The Offline (or Red Pill) Challenge

The maximum running speed of a human being is 28 mph. That is how fast the human body was designed to go; however, with the technology of automobiles, a human body can travel much faster than it was designed to. Upon an impact at 40 mph, the chance of fatality increases by 50%. At 50 mph, it rises to nearly 70%, and at 70 mph, death is virtually assured. We have compensated for this technology of speed with seatbelts, brakes, airbags, and impact design that slows and pads the body upon impact.

The human brain is no different than the human body; we have a limited capacity for what we can tolerate. Before modern locomotion (meaning the vast amount of human history), most people lived their entire lives within a 30-mile radius of where they were born. Their towns and communities were tiny according to our standards for most of human existence. In fact, in research known as Dunbar’s Number, the maximum number of stable social relationships a human is capable of is 150 people. The upper limit of people we can even recognize is 1,500 people. Even if one does not accept the research number, it is undeniable that we are not omniscient and that God has given us a limited capacity. Most of human existence was lived within that capacity.

According to data from 2019, Hillsborough County alone has 1,471,968 people. Or put another way, 981,312% more people than we could have a social relationship with and 98,131% more people than our brains could even recognize. Now expand that to all the news, issues, people, problems, drama, and viewpoints around our nation and world that are constantly being fed to us through the internet. The average number of Facebook “friends” is 338, well over the amount of meaningful interaction, and that doesn’t account for followers on other platforms or relationships that only exist in real life.

We are inundated and notified of things way past the ability of our brains, emotions, and spirits to take or were even designed for. The problem is, unlike the automobile, there isn’t a seatbelt for the mind. Every relationship is a choice, and investing emotional capital in people you will never meet means a relationship you won’t have with someone right near you. We were not built for this amount of information, nor to deal with this amount of world problems. Rather than the accusation of having your “head in the sand,” being constantly immersed in issues and people that you cannot affect is actually having your head in the sand to the relationships right in front of you.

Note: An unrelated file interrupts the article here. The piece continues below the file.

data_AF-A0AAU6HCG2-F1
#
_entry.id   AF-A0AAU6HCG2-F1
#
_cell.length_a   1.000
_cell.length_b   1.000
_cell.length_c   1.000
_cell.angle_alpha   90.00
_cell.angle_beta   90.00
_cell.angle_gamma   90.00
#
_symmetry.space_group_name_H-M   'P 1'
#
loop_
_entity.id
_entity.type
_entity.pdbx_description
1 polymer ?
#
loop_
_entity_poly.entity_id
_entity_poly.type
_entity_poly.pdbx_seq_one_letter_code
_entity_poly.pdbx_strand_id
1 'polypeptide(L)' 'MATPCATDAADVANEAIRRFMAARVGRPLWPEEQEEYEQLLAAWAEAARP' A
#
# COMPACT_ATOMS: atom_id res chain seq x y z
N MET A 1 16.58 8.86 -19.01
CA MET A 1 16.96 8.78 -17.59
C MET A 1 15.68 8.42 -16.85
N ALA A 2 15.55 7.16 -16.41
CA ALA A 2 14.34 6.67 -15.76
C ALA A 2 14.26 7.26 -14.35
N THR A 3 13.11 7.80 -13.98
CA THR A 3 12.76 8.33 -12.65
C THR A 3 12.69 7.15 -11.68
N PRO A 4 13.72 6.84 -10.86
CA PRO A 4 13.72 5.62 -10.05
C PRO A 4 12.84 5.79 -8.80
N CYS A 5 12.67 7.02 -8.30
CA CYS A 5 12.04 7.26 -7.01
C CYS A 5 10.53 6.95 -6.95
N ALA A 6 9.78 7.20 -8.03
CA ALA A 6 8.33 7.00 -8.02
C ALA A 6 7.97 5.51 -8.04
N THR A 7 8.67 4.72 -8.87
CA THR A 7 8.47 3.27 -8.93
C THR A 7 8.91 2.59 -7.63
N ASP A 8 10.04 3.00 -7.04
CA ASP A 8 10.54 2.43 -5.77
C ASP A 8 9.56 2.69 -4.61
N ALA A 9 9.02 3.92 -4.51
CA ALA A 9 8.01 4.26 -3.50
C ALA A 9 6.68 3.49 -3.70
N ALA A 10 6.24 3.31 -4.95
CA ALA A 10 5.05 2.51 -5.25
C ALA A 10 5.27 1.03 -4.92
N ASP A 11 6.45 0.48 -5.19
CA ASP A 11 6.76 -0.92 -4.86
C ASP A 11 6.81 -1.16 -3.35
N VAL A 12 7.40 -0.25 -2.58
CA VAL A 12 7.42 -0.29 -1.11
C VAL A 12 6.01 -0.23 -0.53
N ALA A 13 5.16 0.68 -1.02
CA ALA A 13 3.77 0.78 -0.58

None of this even addresses the type of content that internet media delivers to us. The amount alone is a problem, let alone the messages and indoctrination it also gives. I haven’t even addressed the ethics of gamification and psychological manipulation that many internet programs and websites employ to create addiction. Neither does this deal with the danger of a cyber-Gnosticism that disconnects our thinking from the material world. Furthermore, neither does it confront the issue that internet media is often used as a convenient way to hide from our inner selves and God.
Technology, however, is not going away, and technology can be a great tool if we know how to use it well. While the top speed of an average car is 120 mph, we recognize that it would be unsafe to constantly go that fast even though the technology allows us to. We need to press on the brakes of information technology that demands more and more from us. It doesn’t mean altogether abandoning its usage. Still, it does mean learning to use it responsibly and in line with the limitations God has given us. So how do we do that? I acknowledge it will look different for each person, but below are some steps to discovering what that means for you and your family.

The Analog Challenge:

  1. Internet usage is permissible as necessary for work, school, or bills.
  2. Non-work internet activities will be limited to 2, 15-minute periods in a day at the times you choose to check announcements, emails, text messages, or other online communication forms.
  3. Other than the usage mentioned above, internet activities will not be used, including but not limited to social media, news, music streaming, video streaming, video gaming, etc. Digital activities like video games or computer activities should also be checked.
  4. The Analog Challenge is not intended as a punishment or legalistic method of asceticism but to find fun and relationships in new ways. Books, board games, painting, coloring, drawing, writing, outdoor activities, radio or pre-recorded music, broadcast TV, newspapers, puzzles, religious activities, visiting places, walks, social activities, talking on the phone (using non-internet related apps), acts of kindness to neighbors and friends, conversations with people in front of you, or any other analog activity is allowed and encouraged. Be creative.
  5. You may find that you have to “detox” off the internet. It will be hard. You may instinctively reach for an internet device out of habit. Catch yourself, and keep it either in a different room in the house or turn it off. You will be bored. That is when you know it has started working. After a week or more, you may adjust by being more or less strict about the activities, but be thoughtful about the adjustment and in conversation with those in your life.

Join me in stepping out of the “Matrix” and waking up to the tangible world around us.

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